Thirty out of thirty one days in March I wrote a blog post and made it public. (I missed a day somewhere along the way because I was sick.) Today is the day to think about just what writing a slice of life each day has meant.
I know that writing every day makes writing every day just a bit easier. Early in the month it felt hard to come up with topics, each day felt like a stretch. And then, just like I tell my students, I started to live more like a writer. Each and every experience I have during the day becomes fodder for thinking and writing. I like that writing makes me pay more attention. I notice details, make word associations, connect seemingly disparate parts of my life as I write and reflect.
I know that photography helps me generate writing. It is yet another tool for paying attention to the world around me. With my camera around my neck, the world slows down allowing me to notice what I might otherwise overlook. When I go back later to view the images I captured, new thinking floods my brain, filling in the stories between the shots. I re-view the things I noticed that I wasn’t able to capture through my lens and I see my experiences anew.
I know that the Slice of Life Challenge community is a gift to me as a writer. As I posted my permalink each day, I knew someone would read and comment on my writing. This community is accepting and generous. Encouraging words keep a writer moving forward. As I read slices from others, I shared my thinking with them and learned from their words too. I posted because I said I would, and because I knew that a community was there to listen. That encouraged me to write, to revise, to push myself to continue to grow as a writer and as a responder.
And I love that writing each day creates a record of my thinking and my experiences. I can return to my thinking later, reconsider those thoughts in light of new insights and experiences. And as someone who tends to be an introvert, it invites others into my life in ways I don’t often make space for verbally or in casual in-person interactions.
March and my daily slices end today, but tomorrow I am taking on a new challenge. My students and I will be taking a 30 day poem-a-day challenge for National Poetry Month. So look for a poem from me…and if things go well, poems from some of my students as well, each day of April!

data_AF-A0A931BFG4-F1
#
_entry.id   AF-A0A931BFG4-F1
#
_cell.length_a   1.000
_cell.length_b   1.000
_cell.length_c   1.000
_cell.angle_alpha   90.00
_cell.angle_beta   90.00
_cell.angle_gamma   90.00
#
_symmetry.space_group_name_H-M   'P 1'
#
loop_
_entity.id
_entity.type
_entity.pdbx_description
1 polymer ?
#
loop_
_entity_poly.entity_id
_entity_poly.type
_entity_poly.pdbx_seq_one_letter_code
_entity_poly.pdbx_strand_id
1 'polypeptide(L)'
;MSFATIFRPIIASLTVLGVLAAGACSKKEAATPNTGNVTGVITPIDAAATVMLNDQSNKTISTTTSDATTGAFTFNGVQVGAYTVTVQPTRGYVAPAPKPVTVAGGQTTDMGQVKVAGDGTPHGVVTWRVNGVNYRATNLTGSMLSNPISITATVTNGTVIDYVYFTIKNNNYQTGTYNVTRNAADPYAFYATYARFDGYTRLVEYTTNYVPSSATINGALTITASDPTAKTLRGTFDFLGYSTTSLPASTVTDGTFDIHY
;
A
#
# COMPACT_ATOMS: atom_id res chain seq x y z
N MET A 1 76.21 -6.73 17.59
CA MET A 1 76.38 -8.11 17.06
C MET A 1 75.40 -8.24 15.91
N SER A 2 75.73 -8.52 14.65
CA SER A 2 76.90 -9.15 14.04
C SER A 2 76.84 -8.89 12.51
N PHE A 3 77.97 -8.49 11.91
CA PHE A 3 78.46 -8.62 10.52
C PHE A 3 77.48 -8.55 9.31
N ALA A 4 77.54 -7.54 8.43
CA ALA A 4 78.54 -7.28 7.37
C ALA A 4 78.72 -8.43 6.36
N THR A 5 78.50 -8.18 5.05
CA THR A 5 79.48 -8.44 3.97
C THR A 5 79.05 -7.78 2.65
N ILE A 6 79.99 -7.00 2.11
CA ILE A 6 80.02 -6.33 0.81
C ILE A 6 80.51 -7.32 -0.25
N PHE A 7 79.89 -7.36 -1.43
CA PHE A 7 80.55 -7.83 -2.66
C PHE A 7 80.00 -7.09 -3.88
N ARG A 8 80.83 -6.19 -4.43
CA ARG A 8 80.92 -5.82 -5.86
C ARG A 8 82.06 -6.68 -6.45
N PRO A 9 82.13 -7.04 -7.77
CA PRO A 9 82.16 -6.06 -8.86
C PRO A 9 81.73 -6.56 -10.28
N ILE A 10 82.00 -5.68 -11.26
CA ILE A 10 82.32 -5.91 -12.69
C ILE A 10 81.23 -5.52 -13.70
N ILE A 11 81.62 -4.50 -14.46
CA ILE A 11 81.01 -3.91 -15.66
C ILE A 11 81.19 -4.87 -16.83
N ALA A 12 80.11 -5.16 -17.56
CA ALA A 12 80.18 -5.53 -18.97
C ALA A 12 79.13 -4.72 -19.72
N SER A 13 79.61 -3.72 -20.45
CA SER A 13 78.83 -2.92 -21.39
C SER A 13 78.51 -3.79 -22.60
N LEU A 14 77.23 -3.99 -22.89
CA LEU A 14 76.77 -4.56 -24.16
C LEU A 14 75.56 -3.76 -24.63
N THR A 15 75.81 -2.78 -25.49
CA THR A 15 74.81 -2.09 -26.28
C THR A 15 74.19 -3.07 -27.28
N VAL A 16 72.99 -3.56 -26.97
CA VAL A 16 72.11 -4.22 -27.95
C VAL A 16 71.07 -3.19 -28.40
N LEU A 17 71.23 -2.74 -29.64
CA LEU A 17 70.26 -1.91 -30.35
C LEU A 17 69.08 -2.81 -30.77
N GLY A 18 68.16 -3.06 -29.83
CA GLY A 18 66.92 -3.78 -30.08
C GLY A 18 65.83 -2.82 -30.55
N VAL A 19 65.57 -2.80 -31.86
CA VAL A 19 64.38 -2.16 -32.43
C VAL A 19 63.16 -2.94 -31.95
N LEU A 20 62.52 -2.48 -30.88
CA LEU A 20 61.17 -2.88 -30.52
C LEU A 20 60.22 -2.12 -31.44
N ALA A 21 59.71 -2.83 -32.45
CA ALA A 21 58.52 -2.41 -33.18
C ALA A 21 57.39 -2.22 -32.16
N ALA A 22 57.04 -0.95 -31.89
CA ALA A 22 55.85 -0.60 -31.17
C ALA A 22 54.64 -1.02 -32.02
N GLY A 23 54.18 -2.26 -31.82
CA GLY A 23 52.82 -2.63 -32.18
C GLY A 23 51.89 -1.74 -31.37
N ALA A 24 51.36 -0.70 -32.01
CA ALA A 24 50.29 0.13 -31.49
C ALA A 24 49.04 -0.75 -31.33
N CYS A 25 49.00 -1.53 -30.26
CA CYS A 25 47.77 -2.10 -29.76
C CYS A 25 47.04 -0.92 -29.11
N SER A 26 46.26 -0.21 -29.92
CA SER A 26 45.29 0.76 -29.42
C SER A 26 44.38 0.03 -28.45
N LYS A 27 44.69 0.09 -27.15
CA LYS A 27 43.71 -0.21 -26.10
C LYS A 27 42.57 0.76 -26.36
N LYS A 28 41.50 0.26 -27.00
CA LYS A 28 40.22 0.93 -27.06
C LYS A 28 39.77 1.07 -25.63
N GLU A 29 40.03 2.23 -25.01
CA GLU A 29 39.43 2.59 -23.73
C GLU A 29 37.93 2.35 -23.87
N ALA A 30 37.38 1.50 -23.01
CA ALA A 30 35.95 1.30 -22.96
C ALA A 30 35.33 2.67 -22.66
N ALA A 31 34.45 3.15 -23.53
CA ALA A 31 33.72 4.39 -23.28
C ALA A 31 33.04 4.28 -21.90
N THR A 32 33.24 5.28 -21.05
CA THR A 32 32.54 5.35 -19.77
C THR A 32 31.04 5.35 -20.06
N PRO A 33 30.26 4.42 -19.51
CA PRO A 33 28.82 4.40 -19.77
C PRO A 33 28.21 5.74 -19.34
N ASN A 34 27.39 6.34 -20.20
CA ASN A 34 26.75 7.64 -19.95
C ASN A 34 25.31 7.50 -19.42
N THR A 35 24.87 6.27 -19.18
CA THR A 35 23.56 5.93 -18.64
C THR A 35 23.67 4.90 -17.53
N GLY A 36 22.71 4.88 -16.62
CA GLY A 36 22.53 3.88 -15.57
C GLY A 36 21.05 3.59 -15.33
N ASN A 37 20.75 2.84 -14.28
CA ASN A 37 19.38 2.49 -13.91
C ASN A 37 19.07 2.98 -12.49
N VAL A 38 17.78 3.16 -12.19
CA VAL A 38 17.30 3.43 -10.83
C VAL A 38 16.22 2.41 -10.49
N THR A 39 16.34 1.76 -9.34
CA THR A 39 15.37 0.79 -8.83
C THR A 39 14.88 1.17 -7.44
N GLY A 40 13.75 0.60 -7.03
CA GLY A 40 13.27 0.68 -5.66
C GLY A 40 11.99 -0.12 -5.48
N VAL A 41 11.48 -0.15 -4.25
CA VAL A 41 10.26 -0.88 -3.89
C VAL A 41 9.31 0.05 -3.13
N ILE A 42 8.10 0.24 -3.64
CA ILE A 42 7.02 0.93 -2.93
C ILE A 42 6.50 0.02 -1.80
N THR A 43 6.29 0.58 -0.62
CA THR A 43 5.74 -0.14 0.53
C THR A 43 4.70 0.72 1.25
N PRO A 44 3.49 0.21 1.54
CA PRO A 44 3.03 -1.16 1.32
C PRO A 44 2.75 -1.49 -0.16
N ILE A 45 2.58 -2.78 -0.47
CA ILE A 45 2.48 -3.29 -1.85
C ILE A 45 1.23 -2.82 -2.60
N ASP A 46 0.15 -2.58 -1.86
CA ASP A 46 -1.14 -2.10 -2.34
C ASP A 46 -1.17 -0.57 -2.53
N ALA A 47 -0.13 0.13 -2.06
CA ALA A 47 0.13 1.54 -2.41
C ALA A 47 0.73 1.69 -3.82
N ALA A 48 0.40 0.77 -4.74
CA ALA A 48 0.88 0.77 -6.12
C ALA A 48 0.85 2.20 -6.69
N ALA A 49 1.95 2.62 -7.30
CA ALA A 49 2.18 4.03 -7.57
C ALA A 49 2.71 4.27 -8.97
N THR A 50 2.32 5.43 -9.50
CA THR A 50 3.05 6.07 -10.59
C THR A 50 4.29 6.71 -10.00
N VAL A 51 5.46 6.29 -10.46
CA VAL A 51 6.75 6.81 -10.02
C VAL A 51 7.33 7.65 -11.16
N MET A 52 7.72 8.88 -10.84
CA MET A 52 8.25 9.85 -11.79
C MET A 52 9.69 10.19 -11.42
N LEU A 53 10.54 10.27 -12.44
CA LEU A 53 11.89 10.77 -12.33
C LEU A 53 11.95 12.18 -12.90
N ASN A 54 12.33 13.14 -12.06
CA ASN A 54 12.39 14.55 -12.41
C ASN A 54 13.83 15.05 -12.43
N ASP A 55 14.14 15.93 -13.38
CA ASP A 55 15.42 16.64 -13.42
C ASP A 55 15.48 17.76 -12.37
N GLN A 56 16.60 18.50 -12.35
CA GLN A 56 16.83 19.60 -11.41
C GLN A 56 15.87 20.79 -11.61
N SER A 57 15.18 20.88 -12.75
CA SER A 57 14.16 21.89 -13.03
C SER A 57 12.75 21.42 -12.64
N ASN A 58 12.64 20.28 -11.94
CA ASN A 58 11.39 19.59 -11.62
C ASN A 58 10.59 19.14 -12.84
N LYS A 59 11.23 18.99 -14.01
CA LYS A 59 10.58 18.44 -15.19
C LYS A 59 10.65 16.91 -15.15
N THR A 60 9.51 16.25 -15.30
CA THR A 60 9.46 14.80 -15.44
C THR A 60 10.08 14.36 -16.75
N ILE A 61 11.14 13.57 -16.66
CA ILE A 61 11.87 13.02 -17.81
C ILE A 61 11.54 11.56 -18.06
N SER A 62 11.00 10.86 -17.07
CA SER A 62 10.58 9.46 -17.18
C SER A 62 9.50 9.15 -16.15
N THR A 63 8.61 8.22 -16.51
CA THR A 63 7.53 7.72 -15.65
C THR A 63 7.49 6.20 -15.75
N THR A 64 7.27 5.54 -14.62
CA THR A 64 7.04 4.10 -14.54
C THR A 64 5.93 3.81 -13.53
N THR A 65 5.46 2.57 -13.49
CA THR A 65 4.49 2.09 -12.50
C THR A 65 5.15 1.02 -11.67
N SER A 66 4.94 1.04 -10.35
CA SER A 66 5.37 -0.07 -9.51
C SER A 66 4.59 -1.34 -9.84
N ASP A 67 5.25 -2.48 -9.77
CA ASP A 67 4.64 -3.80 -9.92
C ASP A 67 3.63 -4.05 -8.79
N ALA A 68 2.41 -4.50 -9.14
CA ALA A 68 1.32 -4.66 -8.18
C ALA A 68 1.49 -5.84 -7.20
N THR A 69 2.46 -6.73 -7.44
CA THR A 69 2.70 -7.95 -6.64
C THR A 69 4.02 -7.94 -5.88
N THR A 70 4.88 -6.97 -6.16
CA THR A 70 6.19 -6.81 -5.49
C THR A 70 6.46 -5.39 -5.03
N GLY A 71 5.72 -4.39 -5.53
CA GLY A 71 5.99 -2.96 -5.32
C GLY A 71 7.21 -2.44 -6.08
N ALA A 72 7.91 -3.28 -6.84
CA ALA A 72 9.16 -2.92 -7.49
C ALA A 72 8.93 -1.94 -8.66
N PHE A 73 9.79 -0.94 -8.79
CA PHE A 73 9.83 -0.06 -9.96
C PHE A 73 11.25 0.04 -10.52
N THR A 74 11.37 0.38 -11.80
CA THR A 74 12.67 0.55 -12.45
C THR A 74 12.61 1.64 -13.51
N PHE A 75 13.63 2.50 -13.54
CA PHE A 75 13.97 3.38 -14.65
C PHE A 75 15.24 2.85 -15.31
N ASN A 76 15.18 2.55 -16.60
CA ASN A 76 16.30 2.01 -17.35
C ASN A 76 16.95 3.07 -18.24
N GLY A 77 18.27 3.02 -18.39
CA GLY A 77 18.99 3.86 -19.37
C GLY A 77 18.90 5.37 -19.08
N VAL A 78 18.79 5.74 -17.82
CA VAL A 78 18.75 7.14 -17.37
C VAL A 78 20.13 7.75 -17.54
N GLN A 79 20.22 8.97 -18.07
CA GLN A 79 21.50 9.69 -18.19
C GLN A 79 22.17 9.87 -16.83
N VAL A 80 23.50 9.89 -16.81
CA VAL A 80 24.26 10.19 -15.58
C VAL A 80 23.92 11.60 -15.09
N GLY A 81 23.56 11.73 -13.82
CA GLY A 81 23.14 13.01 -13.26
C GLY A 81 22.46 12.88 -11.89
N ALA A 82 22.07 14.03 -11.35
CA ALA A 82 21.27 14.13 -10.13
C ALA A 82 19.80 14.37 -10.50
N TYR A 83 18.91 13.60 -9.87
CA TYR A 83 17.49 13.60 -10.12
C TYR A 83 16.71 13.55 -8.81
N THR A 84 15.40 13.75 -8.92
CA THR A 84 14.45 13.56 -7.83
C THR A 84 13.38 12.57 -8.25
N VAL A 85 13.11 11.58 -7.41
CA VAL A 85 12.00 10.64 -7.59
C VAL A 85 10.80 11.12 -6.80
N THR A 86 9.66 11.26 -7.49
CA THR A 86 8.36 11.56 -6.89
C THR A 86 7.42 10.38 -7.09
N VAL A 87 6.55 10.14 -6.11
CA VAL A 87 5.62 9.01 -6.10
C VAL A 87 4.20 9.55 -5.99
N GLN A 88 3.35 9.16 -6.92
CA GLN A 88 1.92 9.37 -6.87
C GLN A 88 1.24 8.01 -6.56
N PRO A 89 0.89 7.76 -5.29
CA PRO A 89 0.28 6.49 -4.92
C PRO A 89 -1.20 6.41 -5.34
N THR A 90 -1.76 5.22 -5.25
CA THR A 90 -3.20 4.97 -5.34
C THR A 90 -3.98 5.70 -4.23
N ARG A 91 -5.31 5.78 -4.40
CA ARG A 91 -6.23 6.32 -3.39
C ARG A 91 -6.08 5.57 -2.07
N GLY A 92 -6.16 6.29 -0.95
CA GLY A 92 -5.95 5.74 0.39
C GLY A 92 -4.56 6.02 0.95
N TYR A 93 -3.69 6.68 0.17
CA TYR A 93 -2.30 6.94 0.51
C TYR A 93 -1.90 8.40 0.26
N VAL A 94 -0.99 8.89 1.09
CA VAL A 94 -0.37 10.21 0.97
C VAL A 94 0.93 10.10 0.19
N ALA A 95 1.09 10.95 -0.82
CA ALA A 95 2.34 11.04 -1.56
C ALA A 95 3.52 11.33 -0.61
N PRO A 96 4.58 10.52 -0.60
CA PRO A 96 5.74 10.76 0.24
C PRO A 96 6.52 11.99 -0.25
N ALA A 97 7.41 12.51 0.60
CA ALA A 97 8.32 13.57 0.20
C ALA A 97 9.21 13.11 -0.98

With reports cards written and parent conferences ahead of me, today was low-key. Sandwiched between errands, lunch out, and a chiropractic appointment, we fit in a noticing walk on the beach.
Today is part of a warming trend in our parts, sunny and clear, breezy with temperatures in the low 70s. Beach goers were out in full force, taking advantage of a beautiful spring weekend. (This has definitely been an in like a lion, out like a lamb March!)
Some days at the beach I have no idea what I’ll take a photo of. I have tons of beach photos from all seasons, so I’m always alert to something new or unusual in some way. We walked a different beach today, one further north than my usual Moonlight Beach, just because it was on our way from one errand to another. As I walked my eyes were drawn to the maze of stairways from multimillion dollar homes on the cliffs zigzagging their way down the steep bluffs. I took several shots, trying to capture that effect in my photo. (There are more–I was wishing to get an even wider view through my lens!)
As I pressed the shutter, my husband called out to me. “Do you see that? Right there on the ladder…see the osprey?” I didn’t at first (even though I had just photographed that very ladder!), my husband had to direct my gaze to see the bird in the distance. We carefully moved closer, picking our way across the stones in our bare feet. We photographed and watched, mesmerized by this majestic bird of prey. After a few minutes of close observation, we walked back closer to the water’s edge. As we took a last look over our shoulder, we saw it flying away in the other direction. I am so glad my husband saw what I hadn’t noticed!
We continued our walk, and I found my eyes alternating between watching the brilliant cobalt blue sky where sea birds soared and searching the sand and rocks for sea glass. Looking up, I saw a variety of gulls and terns, ravens, and even an egret in flight. And always a favorite, pelican squadrons made their runs up and down the coast.
As we headed back the car I couldn’t resist a close look at the wildflowers growing along the beach path. I noticed the bees busily buried in the centers of these native yellow beauties.